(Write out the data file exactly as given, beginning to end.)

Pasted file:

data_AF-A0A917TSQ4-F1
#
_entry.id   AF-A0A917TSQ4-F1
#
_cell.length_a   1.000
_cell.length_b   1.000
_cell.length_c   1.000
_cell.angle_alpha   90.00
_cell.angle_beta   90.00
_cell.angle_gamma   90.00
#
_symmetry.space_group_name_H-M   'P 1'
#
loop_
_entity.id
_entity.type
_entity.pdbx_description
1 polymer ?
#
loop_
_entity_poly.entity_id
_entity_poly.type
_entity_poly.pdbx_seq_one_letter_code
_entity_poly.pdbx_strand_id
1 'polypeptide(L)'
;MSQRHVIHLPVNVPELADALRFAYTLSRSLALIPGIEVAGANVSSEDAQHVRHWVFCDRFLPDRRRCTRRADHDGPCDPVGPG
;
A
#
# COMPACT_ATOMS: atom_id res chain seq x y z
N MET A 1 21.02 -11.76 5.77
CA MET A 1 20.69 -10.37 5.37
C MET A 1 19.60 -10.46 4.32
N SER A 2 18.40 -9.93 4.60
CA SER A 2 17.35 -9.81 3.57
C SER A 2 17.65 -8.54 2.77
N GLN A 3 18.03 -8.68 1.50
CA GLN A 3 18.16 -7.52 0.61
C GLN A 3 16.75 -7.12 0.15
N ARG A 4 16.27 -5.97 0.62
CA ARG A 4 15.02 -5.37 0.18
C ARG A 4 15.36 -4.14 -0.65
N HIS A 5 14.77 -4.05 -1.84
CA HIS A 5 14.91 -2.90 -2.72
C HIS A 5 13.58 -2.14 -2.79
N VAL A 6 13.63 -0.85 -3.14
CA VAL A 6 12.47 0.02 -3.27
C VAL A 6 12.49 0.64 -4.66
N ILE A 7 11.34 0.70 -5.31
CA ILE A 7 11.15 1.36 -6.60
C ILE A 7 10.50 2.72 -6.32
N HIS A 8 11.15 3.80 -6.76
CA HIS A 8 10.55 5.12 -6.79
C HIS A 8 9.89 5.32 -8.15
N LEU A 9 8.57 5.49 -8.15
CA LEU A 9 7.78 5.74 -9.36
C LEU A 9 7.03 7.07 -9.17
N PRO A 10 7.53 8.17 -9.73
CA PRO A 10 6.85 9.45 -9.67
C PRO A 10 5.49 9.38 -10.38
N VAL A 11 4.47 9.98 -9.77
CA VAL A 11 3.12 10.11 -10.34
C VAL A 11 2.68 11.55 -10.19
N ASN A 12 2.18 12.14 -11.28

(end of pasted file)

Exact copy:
data_AF-A0A917TSQ4-F1
#
_entry.id   AF-A0A917TSQ4-F1
#
_cell.length_a   1.000
_cell.length_b   1.000
_cell.length_c   1.000
_cell.angle_alpha   90.00
_cell.angle_beta   90.00
_cell.angle_gamma   90.00
#
_symmetry.space_group_name_H-M   'P 1'
#
loop_
_entity.id
_entity.type
_entity.pdbx_description
1 polymer ?
#
loop_
_entity_poly.entity_id
_entity_poly.type
_entity_poly.pdbx_seq_one_letter_code
_entity_poly.pdbx_strand_id
1 'polypeptide(L)'
;MSQRHVIHLPVNVPELADALRFAYTLSRSLALIPGIEVAGANVSSEDAQHVRHWVFCDRFLPDRRRCTRRADHDGPCDPVGPG
;
A
#
# COMPACT_ATOMS: atom_id res chain seq x y z
N MET A 1 21.02 -11.76 5.77
CA MET A 1 20.69 -10.37 5.37
C MET A 1 19.60 -10.46 4.32
N SER A 2 18.40 -9.93 4.60
CA SER A 2 17.35 -9.81 3.57
C SER A 2 17.65 -8.54 2.77
N GLN A 3 18.03 -8.68 1.50
CA GLN A 3 18.16 -7.52 0.61
C GLN A 3 16.75 -7.12 0.15
N ARG A 4 16.27 -5.97 0.62
CA ARG A 4 15.02 -5.37 0.18
C ARG A 4 15.36 -4.14 -0.65
N HIS A 5 14.77 -4.05 -1.84
CA HIS A 5 14.91 -2.90 -2.72
C HIS A 5 13.58 -2.14 -2.79
N VAL A 6 13.63 -0.85 -3.14
CA VAL A 6 12.47 0.02 -3.27
C VAL A 6 12.49 0.64 -4.66
N ILE A 7 11.34 0.70 -5.31
CA ILE A 7 11.15 1.36 -6.60
C ILE A 7 10.50 2.72 -6.32
N HIS A 8 11.15 3.80 -6.76
CA HIS A 8 10.55 5.12 -6.79
C HIS A 8 9.89 5.32 -8.15
N LEU A 9 8.57 5.49 -8.15
CA LEU A 9 7.78 5.74 -9.36
C LEU A 9 7.03 7.07 -9.17
N PRO A 10 7.53 8.17 -9.73
CA PRO A 10 6.85 9.45 -9.67
C PRO A 10 5.49 9.38 -10.38
N VAL A 11 4.47 9.98 -9.77
CA VAL A 11 3.12 10.11 -10.34
C VAL A 11 2.68 11.55 -10.19
N ASN A 12 2.18 12.14 -11.28